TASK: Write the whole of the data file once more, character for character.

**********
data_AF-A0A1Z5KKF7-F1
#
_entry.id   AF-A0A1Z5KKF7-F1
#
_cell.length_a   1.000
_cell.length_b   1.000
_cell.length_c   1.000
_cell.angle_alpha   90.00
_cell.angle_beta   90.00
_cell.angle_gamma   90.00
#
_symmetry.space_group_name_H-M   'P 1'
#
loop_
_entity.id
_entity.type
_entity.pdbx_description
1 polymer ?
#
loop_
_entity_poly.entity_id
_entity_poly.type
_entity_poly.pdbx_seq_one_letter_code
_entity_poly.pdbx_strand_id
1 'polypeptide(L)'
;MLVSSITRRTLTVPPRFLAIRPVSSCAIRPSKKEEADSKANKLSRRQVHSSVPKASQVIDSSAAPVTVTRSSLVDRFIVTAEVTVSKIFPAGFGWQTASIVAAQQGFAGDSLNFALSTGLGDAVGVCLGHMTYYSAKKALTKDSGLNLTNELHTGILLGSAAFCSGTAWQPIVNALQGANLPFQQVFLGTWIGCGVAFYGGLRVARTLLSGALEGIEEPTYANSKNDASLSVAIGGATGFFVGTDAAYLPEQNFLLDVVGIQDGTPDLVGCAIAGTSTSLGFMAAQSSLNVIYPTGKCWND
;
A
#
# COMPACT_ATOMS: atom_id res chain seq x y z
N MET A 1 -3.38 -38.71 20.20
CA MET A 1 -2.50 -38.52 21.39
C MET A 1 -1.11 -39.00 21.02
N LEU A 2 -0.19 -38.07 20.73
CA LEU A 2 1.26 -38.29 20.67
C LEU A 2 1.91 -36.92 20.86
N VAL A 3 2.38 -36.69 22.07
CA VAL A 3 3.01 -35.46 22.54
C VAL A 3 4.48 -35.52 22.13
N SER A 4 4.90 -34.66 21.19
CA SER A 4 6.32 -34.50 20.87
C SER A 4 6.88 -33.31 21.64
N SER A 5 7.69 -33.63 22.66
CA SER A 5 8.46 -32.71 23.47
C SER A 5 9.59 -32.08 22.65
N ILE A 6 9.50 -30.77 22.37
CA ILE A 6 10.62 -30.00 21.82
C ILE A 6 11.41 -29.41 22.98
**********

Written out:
data_AF-A0A1Z5KKF7-F1
#
_entry.id   AF-A0A1Z5KKF7-F1
#
_cell.length_a   1.000
_cell.length_b   1.000
_cell.length_c   1.000
_cell.angle_alpha   90.00
_cell.angle_beta   90.00
_cell.angle_gamma   90.00
#
_symmetry.space_group_name_H-M   'P 1'
#
loop_
_entity.id
_entity.type
_entity.pdbx_description
1 polymer ?
#
loop_
_entity_poly.entity_id
_entity_poly.type
_entity_poly.pdbx_seq_one_letter_code
_entity_poly.pdbx_strand_id
1 'polypeptide(L)'
;MLVSSITRRTLTVPPRFLAIRPVSSCAIRPSKKEEADSKANKLSRRQVHSSVPKASQVIDSSAAPVTVTRSSLVDRFIVTAEVTVSKIFPAGFGWQTASIVAAQQGFAGDSLNFALSTGLGDAVGVCLGHMTYYSAKKALTKDSGLNLTNELHTGILLGSAAFCSGTAWQPIVNALQGANLPFQQVFLGTWIGCGVAFYGGLRVARTLLSGALEGIEEPTYANSKNDASLSVAIGGATGFFVGTDAAYLPEQNFLLDVVGIQDGTPDLVGCAIAGTSTSLGFMAAQSSLNVIYPTGKCWND
;
A
#
# COMPACT_ATOMS: atom_id res chain seq x y z
N MET A 1 -3.38 -38.71 20.20
CA MET A 1 -2.50 -38.52 21.39
C MET A 1 -1.11 -39.00 21.02
N LEU A 2 -0.19 -38.07 20.73
CA LEU A 2 1.26 -38.29 20.67
C LEU A 2 1.91 -36.92 20.86
N VAL A 3 2.38 -36.69 22.07
CA VAL A 3 3.01 -35.46 22.54
C VAL A 3 4.48 -35.52 22.13
N SER A 4 4.90 -34.66 21.19
CA SER A 4 6.32 -34.50 20.87
C SER A 4 6.88 -33.31 21.64
N SER A 5 7.69 -33.63 22.66
CA SER A 5 8.46 -32.71 23.47
C SER A 5 9.59 -32.08 22.65
N ILE A 6 9.50 -30.77 22.37
CA ILE A 6 10.62 -30.00 21.82
C ILE A 6 11.41 -29.41 22.98